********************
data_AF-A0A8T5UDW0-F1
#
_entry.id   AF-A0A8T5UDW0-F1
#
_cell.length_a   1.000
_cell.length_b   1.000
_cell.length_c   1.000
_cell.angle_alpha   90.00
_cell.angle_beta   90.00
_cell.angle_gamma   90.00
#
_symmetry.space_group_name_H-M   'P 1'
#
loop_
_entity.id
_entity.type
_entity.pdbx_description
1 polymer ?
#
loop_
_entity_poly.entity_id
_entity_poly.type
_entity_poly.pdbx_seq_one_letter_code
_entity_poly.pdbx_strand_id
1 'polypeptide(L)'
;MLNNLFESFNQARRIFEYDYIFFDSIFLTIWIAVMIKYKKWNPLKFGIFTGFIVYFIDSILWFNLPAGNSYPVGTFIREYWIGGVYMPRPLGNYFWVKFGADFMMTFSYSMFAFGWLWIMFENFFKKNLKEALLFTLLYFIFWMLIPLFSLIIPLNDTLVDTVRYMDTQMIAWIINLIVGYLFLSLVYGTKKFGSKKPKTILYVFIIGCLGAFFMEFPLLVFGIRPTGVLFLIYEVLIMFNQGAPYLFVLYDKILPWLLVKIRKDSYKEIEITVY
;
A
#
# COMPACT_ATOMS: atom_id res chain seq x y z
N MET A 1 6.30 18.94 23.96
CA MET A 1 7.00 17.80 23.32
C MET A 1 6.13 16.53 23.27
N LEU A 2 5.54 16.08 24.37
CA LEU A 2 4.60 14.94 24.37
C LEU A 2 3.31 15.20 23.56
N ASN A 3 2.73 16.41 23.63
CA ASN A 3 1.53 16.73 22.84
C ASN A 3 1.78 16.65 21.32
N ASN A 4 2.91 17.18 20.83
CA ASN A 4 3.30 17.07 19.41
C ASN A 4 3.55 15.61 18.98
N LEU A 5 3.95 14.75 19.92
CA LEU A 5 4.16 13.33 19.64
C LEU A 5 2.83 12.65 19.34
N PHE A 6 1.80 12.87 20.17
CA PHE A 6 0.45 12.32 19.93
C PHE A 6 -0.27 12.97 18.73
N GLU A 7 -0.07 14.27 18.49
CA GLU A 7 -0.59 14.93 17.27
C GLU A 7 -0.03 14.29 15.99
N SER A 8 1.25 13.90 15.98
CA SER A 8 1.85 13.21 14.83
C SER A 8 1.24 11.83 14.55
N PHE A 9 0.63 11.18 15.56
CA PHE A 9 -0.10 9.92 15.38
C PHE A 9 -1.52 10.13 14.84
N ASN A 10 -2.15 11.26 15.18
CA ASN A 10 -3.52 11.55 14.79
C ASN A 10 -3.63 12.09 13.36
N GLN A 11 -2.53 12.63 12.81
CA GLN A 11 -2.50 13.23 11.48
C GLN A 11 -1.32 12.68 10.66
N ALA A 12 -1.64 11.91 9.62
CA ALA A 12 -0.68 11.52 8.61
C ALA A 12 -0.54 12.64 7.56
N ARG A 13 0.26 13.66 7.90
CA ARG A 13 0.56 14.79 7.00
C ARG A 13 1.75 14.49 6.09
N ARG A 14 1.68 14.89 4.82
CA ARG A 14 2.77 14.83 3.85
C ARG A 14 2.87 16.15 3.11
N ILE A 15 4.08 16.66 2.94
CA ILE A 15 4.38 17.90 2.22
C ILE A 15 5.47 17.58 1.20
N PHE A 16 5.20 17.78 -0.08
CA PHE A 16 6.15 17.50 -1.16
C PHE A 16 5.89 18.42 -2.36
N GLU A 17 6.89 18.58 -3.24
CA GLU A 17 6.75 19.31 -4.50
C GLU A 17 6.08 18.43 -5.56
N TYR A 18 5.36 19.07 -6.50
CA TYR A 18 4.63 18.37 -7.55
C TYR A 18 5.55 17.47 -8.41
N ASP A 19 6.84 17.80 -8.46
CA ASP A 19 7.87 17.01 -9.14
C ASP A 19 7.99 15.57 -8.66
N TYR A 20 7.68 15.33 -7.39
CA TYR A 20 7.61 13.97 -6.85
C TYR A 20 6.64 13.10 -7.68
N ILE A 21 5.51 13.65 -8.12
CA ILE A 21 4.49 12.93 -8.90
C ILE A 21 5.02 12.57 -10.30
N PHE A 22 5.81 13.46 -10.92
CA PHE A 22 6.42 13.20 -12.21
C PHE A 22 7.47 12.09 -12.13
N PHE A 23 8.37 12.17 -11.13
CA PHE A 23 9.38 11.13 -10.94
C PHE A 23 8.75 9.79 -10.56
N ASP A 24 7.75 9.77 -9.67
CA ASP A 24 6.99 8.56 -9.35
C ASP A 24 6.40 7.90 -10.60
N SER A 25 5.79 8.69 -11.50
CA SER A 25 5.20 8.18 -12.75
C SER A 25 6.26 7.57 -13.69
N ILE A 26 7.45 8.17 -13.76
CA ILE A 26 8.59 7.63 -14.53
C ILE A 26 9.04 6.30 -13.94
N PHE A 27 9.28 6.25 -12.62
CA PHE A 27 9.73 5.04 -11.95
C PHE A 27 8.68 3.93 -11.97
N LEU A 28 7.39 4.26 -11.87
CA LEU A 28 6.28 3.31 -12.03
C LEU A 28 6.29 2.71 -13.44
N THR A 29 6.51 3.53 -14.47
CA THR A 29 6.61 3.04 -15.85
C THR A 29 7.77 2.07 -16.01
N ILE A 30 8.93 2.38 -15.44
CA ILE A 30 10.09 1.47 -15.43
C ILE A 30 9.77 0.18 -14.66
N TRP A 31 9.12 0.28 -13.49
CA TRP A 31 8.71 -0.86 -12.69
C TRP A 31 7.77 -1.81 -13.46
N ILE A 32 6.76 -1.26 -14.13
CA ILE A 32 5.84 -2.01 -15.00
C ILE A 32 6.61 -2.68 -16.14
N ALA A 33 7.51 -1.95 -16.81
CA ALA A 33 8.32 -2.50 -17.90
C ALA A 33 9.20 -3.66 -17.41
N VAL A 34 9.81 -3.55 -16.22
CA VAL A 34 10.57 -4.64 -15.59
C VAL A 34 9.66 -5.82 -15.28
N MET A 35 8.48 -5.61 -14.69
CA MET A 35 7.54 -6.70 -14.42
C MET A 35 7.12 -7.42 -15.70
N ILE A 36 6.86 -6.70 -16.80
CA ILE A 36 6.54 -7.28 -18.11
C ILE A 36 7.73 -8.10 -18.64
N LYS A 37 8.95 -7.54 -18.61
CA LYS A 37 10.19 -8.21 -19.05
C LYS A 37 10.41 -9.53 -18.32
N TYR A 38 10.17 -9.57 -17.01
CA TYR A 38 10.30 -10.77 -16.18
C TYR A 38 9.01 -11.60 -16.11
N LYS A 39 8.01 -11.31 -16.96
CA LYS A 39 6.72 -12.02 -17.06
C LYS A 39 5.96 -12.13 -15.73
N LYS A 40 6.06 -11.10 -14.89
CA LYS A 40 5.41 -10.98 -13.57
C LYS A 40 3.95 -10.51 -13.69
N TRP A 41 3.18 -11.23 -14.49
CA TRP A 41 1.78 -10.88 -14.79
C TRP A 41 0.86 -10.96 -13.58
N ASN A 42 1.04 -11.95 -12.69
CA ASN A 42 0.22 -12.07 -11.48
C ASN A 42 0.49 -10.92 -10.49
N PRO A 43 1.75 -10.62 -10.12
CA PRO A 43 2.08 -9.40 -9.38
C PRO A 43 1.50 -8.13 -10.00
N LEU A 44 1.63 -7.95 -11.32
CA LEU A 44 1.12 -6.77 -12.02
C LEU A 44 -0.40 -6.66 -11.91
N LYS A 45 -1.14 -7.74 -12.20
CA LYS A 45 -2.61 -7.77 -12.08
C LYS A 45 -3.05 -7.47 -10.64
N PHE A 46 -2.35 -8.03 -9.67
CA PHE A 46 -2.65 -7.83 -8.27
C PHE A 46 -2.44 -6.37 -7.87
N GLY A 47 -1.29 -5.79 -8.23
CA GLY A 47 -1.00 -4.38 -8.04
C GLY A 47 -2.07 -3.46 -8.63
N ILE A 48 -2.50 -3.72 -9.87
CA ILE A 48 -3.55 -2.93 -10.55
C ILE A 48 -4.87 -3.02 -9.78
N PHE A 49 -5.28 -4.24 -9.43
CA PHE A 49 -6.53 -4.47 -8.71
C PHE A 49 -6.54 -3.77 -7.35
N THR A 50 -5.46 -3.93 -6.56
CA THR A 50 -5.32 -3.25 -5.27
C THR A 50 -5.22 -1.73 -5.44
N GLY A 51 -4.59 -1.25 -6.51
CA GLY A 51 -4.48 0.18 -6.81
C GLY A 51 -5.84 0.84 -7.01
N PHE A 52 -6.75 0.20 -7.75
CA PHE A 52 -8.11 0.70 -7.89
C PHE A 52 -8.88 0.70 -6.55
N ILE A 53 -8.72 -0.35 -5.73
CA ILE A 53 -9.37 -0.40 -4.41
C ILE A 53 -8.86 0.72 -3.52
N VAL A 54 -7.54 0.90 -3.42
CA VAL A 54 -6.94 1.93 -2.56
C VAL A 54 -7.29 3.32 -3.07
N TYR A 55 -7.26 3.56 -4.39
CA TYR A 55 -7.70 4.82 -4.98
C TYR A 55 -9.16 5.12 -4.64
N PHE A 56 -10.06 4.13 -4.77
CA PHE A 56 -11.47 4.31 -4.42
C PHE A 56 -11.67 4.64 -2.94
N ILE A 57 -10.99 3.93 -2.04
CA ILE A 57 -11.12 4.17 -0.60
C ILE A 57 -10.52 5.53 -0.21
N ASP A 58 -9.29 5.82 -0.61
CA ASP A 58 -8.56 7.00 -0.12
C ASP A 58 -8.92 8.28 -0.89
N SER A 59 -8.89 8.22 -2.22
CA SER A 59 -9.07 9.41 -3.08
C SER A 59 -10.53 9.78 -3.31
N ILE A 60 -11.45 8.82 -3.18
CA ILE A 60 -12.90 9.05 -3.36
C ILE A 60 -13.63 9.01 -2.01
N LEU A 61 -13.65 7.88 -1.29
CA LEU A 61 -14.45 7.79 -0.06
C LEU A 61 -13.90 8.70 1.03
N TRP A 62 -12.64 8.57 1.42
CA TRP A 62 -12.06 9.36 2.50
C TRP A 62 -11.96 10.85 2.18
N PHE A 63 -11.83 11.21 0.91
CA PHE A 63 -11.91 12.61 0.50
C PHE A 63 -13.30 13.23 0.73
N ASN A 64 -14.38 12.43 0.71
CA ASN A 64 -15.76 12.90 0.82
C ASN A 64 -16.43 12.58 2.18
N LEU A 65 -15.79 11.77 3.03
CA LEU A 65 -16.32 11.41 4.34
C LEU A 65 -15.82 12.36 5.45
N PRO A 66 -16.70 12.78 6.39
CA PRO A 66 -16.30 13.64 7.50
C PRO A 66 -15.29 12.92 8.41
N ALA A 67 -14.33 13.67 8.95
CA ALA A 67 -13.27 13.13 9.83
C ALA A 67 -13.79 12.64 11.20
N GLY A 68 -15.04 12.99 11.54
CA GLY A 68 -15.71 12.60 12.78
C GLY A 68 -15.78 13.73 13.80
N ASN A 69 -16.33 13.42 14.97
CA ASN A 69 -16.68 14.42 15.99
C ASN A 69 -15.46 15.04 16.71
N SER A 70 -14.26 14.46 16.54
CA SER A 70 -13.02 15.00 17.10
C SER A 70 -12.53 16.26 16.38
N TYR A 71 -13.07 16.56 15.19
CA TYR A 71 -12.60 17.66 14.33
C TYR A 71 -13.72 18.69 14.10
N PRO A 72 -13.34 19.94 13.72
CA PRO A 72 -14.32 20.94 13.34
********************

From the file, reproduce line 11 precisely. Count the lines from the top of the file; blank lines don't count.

#